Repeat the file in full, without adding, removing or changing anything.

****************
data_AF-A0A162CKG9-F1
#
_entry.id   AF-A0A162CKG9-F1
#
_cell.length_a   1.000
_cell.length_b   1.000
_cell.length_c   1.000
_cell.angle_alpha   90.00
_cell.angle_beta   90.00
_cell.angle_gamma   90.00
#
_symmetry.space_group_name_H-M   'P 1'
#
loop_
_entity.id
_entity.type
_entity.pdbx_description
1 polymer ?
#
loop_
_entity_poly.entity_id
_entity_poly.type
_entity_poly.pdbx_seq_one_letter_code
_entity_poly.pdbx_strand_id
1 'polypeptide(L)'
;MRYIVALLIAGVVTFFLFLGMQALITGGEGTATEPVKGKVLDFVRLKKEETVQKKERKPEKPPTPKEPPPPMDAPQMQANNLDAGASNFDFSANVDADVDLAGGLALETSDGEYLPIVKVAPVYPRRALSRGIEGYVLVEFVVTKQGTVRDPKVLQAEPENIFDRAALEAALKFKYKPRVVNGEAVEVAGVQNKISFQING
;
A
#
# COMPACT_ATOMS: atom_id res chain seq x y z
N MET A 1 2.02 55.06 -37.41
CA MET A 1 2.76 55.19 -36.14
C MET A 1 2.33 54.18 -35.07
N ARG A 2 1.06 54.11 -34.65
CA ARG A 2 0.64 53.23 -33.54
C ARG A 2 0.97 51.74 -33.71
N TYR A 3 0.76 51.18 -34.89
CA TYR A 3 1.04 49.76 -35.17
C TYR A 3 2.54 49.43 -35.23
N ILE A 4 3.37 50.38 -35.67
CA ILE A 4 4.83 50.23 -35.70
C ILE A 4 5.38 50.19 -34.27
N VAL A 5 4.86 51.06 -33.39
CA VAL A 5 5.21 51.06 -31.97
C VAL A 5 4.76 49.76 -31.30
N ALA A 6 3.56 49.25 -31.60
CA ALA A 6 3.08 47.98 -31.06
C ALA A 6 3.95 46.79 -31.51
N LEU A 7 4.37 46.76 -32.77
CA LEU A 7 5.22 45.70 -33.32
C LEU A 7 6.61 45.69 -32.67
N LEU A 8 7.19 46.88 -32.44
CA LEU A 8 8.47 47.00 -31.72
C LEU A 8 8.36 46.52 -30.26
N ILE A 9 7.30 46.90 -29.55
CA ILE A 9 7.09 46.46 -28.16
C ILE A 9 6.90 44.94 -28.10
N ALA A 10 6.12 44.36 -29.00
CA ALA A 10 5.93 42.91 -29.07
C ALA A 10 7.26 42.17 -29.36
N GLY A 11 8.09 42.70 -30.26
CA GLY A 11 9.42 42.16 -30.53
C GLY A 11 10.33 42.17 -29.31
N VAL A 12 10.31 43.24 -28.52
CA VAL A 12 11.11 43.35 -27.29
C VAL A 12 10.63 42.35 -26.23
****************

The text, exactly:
data_AF-A0A162CKG9-F1
#
_entry.id   AF-A0A162CKG9-F1
#
_cell.length_a   1.000
_cell.length_b   1.000
_cell.length_c   1.000
_cell.angle_alpha   90.00
_cell.angle_beta   90.00
_cell.angle_gamma   90.00
#
_symmetry.space_group_name_H-M   'P 1'
#
loop_
_entity.id
_entity.type
_entity.pdbx_description
1 polymer ?
#
loop_
_entity_poly.entity_id
_entity_poly.type
_entity_poly.pdbx_seq_one_letter_code
_entity_poly.pdbx_strand_id
1 'polypeptide(L)'
;MRYIVALLIAGVVTFFLFLGMQALITGGEGTATEPVKGKVLDFVRLKKEETVQKKERKPEKPPTPKEPPPPMDAPQMQANNLDAGASNFDFSANVDADVDLAGGLALETSDGEYLPIVKVAPVYPRRALSRGIEGYVLVEFVVTKQGTVRDPKVLQAEPENIFDRAALEAALKFKYKPRVVNGEAVEVAGVQNKISFQING
;
A
#
# COMPACT_ATOMS: atom_id res chain seq x y z
N MET A 1 2.02 55.06 -37.41
CA MET A 1 2.76 55.19 -36.14
C MET A 1 2.33 54.18 -35.07
N ARG A 2 1.06 54.11 -34.65
CA ARG A 2 0.64 53.23 -33.54
C ARG A 2 0.97 51.74 -33.71
N TYR A 3 0.76 51.18 -34.89
CA TYR A 3 1.04 49.76 -35.17
C TYR A 3 2.54 49.43 -35.23
N ILE A 4 3.37 50.38 -35.67
CA ILE A 4 4.83 50.23 -35.70
C ILE A 4 5.38 50.19 -34.27
N VAL A 5 4.86 51.06 -33.39
CA VAL A 5 5.21 51.06 -31.97
C VAL A 5 4.76 49.76 -31.30
N ALA A 6 3.56 49.25 -31.60
CA ALA A 6 3.08 47.98 -31.06
C ALA A 6 3.95 46.79 -31.51
N LEU A 7 4.37 46.76 -32.77
CA LEU A 7 5.22 45.70 -33.32
C LEU A 7 6.61 45.69 -32.67
N LEU A 8 7.19 46.88 -32.44
CA LEU A 8 8.47 47.00 -31.72
C LEU A 8 8.36 46.52 -30.26
N ILE A 9 7.30 46.90 -29.55
CA ILE A 9 7.09 46.46 -28.16
C ILE A 9 6.90 44.94 -28.10
N ALA A 10 6.12 44.36 -29.00
CA ALA A 10 5.93 42.91 -29.07
C ALA A 10 7.26 42.17 -29.36
N GLY A 11 8.09 42.70 -30.26
CA GLY A 11 9.42 42.16 -30.53
C GLY A 11 10.33 42.17 -29.31
N VAL A 12 10.31 43.24 -28.52
CA VAL A 12 11.11 43.35 -27.29
C VAL A 12 10.63 42.35 -26.23